In Selma

This week has marked another anniversary of the Selma marches to Montgomery for voting rights for People of Color. I have seen the movie, which I recommend if you have not. Over the last two years, as we’ve driven to Florida, we have visited a number of sites on the Civil Rights Trail. This year, we stopped in Selma. It was a Friday morning and the streets were pretty empty. We went to the museum and then walked over the Edmund Pettus Bridge.

I was surprised by the emotion I felt as we walked up the first side and neared the crest before we would see the highway to Montgomery stretching out before us. It is unimaginable to me that children walked across this bridge into the hands of a violent mob. I know this is our history in the United States. But the horror and the violence — and the continued systemic injustice — almost overwhelm my ability to comprehend.

And I probably can’t comprehend, because I am a White, upper-middle class woman with every opportunity for education, happiness, and success. Even as I try to come to grips with my level of complicity in our home-grown structural prejudice, I continue to be surprised by its breadth and depth. It is a cancer that has metastasized in this country. And people are dying from it every day.

After our walk back over the bridge, these words came to me. And they continue to challenge me.


In Selma

As I walk across this bridge
my heart begins to beat a little harder
overwhelming my rational thoughts
that this bridge
is only history
and there is nothing
to fear.

How do you walk into your fear?
Is it something you plan
or is it as simple as one foot before the other
(if that is ever simple)?

As I walk across this bridge
I wonder what it was like
to walk two-by-two
wearing a suit and dress shoes
with the intent of marching to Montgomery
but knowing
I would not get there
knowing that it was not a highway that awaited me
but the fruit of this country’s original sin.

At what point does
the fear of facing death
the fear of this continuing reality?

When they began their walk across this bridge
all was in order

but on the other side of this bridge
order became chaos.
When you beat a person as if they are an animal
when do you realize the animal
is you?

The trip back across this bridge
was the pain of centuries brought to bear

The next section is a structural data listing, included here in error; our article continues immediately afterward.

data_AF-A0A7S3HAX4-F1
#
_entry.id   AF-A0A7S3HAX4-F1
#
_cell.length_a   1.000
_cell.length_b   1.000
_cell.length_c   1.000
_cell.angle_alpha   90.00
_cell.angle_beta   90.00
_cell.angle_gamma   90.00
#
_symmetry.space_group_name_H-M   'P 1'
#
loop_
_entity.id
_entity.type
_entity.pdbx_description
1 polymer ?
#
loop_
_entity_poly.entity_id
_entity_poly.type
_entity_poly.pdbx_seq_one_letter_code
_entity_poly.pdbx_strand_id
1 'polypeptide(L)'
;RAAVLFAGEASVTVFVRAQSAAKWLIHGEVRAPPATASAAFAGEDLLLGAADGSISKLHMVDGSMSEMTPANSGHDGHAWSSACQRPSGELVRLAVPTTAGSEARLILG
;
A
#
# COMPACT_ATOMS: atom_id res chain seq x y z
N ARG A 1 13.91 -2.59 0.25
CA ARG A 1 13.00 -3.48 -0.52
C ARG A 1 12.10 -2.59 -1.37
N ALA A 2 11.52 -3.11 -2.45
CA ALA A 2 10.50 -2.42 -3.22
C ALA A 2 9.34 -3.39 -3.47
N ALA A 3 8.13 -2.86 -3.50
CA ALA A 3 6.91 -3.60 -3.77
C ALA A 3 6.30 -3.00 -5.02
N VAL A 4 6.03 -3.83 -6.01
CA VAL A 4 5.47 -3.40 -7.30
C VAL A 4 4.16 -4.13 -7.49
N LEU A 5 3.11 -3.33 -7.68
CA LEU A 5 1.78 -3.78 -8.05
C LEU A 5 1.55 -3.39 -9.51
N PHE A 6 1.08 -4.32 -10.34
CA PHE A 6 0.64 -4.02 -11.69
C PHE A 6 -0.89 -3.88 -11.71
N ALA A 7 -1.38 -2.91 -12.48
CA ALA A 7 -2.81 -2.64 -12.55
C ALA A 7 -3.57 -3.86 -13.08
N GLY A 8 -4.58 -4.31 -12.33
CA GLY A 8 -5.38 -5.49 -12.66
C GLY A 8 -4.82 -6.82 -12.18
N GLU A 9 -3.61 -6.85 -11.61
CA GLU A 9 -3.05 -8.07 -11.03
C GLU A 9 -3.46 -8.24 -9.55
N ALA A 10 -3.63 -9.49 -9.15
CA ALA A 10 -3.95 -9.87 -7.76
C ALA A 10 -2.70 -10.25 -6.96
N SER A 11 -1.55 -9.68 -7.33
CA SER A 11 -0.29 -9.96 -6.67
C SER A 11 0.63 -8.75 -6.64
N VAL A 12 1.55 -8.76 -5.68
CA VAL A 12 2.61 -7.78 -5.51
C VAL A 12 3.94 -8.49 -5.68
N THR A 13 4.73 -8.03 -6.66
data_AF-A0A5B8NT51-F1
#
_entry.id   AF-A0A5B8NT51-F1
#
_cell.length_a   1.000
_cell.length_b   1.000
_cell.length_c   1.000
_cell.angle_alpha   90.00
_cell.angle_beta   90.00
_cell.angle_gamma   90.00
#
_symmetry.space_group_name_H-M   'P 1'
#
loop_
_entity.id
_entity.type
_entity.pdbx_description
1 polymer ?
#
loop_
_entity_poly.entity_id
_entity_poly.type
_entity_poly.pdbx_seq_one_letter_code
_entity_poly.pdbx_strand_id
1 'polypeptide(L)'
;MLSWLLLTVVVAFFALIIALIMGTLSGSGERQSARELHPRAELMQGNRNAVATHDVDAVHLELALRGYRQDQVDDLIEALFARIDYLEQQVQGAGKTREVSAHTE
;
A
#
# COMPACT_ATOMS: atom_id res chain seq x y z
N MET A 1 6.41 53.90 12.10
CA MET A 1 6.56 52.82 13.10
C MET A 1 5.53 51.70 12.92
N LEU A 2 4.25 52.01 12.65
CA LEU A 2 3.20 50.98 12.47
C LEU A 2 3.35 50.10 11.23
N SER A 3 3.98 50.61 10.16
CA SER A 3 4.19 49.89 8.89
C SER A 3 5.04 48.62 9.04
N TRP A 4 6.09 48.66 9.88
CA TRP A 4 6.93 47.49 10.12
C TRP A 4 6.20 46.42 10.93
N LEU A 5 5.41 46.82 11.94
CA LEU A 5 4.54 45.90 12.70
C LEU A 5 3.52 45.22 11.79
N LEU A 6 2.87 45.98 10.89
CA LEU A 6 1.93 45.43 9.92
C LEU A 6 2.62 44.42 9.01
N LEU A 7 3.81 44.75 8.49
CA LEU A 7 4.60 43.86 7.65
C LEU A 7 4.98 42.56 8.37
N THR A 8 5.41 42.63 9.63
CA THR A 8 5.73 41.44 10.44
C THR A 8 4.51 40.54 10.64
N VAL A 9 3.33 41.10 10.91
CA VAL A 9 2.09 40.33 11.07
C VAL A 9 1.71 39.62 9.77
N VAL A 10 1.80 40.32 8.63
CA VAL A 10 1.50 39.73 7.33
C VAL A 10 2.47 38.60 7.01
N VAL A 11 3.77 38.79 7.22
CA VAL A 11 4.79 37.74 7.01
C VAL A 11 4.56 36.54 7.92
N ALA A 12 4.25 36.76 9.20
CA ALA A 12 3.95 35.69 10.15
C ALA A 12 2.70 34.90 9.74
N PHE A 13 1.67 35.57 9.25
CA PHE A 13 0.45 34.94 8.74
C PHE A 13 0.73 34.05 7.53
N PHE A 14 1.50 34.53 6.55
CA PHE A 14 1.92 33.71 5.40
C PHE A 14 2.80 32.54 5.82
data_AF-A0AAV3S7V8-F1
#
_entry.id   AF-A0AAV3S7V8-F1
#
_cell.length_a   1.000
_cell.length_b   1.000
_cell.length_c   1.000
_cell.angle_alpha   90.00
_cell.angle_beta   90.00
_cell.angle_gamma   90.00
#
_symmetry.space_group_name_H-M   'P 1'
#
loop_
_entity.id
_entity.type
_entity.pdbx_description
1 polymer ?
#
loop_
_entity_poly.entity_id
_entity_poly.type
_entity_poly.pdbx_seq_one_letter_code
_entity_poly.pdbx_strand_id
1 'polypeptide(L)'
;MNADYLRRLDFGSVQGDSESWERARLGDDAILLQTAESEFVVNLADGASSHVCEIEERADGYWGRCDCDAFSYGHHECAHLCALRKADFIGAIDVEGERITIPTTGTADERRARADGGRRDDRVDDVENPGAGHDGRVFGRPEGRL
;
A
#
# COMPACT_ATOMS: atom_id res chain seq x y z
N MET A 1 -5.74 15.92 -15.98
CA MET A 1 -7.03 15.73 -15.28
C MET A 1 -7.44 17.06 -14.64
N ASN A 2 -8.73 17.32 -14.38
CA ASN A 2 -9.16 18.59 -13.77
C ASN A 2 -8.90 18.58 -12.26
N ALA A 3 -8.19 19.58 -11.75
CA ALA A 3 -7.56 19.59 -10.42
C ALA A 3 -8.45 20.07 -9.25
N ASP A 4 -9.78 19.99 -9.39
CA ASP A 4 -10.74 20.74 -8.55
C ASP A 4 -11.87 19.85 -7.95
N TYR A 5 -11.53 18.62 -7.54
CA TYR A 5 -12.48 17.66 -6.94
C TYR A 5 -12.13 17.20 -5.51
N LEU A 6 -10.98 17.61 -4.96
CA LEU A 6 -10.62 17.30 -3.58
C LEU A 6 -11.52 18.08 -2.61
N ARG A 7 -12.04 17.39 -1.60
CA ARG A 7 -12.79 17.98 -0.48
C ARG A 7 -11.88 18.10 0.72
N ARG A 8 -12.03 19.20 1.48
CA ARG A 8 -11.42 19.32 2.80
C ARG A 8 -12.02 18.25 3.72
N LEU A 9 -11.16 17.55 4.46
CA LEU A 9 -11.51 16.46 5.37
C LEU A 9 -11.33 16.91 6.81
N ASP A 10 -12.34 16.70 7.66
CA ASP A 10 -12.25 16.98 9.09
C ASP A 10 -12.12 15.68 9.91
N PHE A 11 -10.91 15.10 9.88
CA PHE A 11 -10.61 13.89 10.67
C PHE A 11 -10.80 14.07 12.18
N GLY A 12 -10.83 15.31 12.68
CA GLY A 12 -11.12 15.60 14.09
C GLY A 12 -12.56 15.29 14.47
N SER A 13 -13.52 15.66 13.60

of hate made manifest
but also
of the courage to be
of human dignity unwilling to hide.

Which fear was greater on that bridge?
The Black fear
of the violence about to be unleashed
or the White fear
of knowing that recognizing another’s humanity meant facing your own inhumanity?
of knowing that to free the silenced voices would tear away the facade of your own power?
of knowing that to listen to truth would meaning admitting your own lies?

On the other side of this bridge,
where the road becomes a highway
stretching to Montgomery,
I arrive at the memorial.
I read words on plaques
see the images of those who said
“No longer.”
I behold the art
beauty from pain
hope in the face of hate.
A memory of a past
still being fought today.

What if this history still lives today
breathing and active
refusing to die
until hope becomes reality?

As I walk back across this bridge
I no longer feel my heart as it beats
my mind begins to become as quiet as the streets
as if nothing ever happened here
as if this were any bridge
in any town
on any given day
only a page of history.

When I leave this bridge will I return it to history?

Will I allow this bridge to continue
confronting me and asking questions I don’t want to answer?
challenging me and making clear the ways I am complicit?
convincing me that this memory of the past is still the fight of today,
is still my fight today?

Or will I leave this bridge
in Selma?

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One Thought to “In Selma”

  1. Kathleen Augustyn

    Thanks Michelle! You always make me think about the hard things that are easy to ignore. Kathleen Augustyn

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